Rebuilding-Rebuilding was and is to me the most exhilarating yet terrifying experience. Suddenly I had the knowledge that I was OK and that I had the brains to pick out something as simple as a bedspread. I had never done that before and it took me a year to find “the right one” but I did it. I felt a thrill when I bought a pink lipstick and completely bypassed the brown shades I had been told were the only shades for me. I cried when my husband and I bought our first grown up piece of furniture a month ago. I’ve gone back to school, I’ve repaired my relationship with friends I let go, and I’ve gotten rid of the right friends I believed I had to have.

Rebuilding is a heady experience. In some ways we go thru the stages of childhood at warp speed. Suddenly intoxicated with being able to have things our way, we can be a bit insufferable. The teenage years most kids use to find who they are arrive on our doorstep when most of us are in our mid 20’s and on up. We may look immature to those who don’t know us and in a lot of ways we are. Trying to go thru the stage of defining yourself at the point most people settle down is a bit of a juggle yet it can be done. It has to be done.

Stage 8

Acceptance-This doesn’t mean we accept our parent’s continued abuse or manipulations, It means we accept they are ill. We accept that we can’t save them. We accept that to want help is one thing but that to accept is quite another. For many of us we accept that our parent may quite possibly never be well. It’s acceptance and a little bit of self forgiveness when we can detach from the tantrums and tears without rushing in to “help.”

Stage 9

Happiness-Arriving at happiness doesn’t mean Glenda waved her wand and all our problems are solved. Our happiness comes from the fact that we know we are survivors. That simple fact, that we survived and are not the cause of our parent’s misery, is priceless. Bad days will happen, hard times never go away but…..we have the knowledge that we can go on. We have gone on. We will go on. Come what may it’s all up to us and we know we can handle it. Our life is our own. We can walk away from the chaos without guilt or anger and finally put our happiness first after a lifetime of making it ride backseat to our parent.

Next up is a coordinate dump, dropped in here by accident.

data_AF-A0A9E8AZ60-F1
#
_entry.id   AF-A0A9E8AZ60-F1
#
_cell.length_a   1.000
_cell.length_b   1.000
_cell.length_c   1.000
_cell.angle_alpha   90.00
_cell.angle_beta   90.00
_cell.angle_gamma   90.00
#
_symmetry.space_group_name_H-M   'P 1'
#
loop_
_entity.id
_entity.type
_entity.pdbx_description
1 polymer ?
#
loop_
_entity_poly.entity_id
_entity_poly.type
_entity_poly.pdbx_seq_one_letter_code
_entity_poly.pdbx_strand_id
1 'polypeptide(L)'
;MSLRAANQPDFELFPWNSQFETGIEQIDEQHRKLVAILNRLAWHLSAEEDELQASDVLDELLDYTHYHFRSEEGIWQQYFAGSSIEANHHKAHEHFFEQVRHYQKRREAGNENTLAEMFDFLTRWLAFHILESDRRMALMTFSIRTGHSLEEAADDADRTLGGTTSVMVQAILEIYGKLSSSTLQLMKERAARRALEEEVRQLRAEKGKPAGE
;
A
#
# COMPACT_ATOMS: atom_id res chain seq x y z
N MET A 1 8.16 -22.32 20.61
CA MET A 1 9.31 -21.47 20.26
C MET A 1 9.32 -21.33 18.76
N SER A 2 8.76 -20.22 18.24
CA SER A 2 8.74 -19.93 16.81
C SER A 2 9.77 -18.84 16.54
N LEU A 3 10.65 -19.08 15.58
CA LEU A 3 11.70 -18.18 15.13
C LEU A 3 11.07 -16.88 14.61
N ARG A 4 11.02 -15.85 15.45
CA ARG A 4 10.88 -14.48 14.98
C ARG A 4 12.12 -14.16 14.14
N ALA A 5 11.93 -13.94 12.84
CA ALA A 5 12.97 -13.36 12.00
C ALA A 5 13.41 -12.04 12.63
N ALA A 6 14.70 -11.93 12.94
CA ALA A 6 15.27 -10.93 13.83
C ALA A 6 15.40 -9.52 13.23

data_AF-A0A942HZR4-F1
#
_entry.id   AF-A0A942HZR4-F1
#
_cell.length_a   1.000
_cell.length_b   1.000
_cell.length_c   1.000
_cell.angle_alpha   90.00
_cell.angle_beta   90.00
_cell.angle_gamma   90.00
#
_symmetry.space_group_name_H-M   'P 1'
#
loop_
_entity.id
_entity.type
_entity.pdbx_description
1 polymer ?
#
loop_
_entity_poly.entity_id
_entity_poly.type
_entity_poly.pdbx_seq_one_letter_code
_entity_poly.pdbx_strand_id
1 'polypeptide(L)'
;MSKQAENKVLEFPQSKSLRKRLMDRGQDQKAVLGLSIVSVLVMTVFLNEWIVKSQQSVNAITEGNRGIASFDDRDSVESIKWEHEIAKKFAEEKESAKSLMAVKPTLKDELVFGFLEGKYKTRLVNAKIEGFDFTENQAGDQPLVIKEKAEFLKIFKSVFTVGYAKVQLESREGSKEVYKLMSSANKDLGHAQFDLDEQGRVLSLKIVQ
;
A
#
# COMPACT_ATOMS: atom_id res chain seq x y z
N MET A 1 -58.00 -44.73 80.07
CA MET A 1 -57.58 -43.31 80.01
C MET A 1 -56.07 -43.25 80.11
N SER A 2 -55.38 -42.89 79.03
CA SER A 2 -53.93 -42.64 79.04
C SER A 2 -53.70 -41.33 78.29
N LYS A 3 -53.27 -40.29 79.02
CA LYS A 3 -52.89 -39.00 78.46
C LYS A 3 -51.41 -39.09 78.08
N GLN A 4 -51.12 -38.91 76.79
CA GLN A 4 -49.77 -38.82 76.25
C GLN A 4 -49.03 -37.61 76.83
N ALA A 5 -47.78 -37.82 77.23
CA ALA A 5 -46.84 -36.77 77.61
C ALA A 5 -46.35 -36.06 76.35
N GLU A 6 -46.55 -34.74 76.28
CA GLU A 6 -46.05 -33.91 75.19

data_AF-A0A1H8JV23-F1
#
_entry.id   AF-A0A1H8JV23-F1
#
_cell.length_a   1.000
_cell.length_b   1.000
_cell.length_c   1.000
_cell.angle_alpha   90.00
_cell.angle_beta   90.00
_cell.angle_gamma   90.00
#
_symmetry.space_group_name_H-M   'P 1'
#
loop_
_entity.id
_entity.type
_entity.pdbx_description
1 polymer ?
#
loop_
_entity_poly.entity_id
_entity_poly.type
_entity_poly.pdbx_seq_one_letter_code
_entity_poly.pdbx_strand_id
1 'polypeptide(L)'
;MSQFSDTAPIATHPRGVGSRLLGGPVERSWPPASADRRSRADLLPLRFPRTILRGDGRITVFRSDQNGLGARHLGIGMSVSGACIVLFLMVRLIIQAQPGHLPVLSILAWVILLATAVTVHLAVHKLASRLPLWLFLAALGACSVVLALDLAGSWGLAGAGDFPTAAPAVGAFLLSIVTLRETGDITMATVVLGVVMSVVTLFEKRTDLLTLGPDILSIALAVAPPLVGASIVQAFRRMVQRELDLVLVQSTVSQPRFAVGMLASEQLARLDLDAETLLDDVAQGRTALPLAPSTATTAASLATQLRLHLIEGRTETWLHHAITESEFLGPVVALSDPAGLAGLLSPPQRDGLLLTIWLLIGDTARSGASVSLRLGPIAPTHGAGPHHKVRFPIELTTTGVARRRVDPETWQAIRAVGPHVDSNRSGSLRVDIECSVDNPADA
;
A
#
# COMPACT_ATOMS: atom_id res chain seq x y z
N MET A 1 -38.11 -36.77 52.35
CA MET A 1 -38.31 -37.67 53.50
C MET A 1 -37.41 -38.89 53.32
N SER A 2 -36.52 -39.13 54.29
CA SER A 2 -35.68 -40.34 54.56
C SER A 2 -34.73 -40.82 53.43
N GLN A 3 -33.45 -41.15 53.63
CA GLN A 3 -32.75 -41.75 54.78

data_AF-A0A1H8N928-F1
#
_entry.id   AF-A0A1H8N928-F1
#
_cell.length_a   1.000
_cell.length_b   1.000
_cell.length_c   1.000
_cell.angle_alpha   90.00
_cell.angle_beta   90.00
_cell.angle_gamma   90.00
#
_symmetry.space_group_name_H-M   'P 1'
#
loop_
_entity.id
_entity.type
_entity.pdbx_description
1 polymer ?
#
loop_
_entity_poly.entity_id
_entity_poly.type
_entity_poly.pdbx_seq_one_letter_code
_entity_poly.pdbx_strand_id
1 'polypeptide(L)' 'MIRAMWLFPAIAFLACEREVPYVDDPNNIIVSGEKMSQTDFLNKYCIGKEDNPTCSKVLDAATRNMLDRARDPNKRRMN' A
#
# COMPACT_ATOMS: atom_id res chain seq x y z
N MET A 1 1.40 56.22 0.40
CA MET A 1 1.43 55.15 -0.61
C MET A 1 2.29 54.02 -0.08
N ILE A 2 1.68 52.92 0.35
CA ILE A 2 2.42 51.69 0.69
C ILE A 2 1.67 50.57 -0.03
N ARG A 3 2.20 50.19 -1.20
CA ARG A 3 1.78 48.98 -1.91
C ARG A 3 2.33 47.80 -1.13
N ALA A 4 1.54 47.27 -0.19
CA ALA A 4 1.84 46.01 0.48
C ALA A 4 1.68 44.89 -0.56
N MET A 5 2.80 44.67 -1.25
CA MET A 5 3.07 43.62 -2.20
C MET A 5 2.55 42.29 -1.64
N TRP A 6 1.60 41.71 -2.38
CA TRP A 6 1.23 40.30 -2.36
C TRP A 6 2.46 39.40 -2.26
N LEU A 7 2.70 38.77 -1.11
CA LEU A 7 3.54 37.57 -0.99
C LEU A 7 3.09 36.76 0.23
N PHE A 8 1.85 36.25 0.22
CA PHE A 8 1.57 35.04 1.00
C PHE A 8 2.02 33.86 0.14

Saturday, August 23, 2008

Myths & Facts About Children of the Mentally Ill

I learned of a new group advocating for the mentally ill. It is called "What a difference." I visited the website and I have to say I like how they humanize mental illness. So many people believe that mental illness is either hopeless or a character flaw. Why, I don't know. We don't punish people with diabetes or cancer yet we punish the mentally ill? But, that is another entry.

What struck me as I read the website was that nothing really exists on how friends can help a child (adult or a minor) cope with a mentally ill parent. I have great friends that have a parent with BPD, schizophrenia, and depression. They are invaluable to me. Our shared experiences let me know that I am not alone, and that they too have moments of being angry. Angry at the abuse we go thru, angry at society's expectation that simply giving birth to a child means a mentally ill parent has some right to abuse me, and that I have no rights to not accept abuse.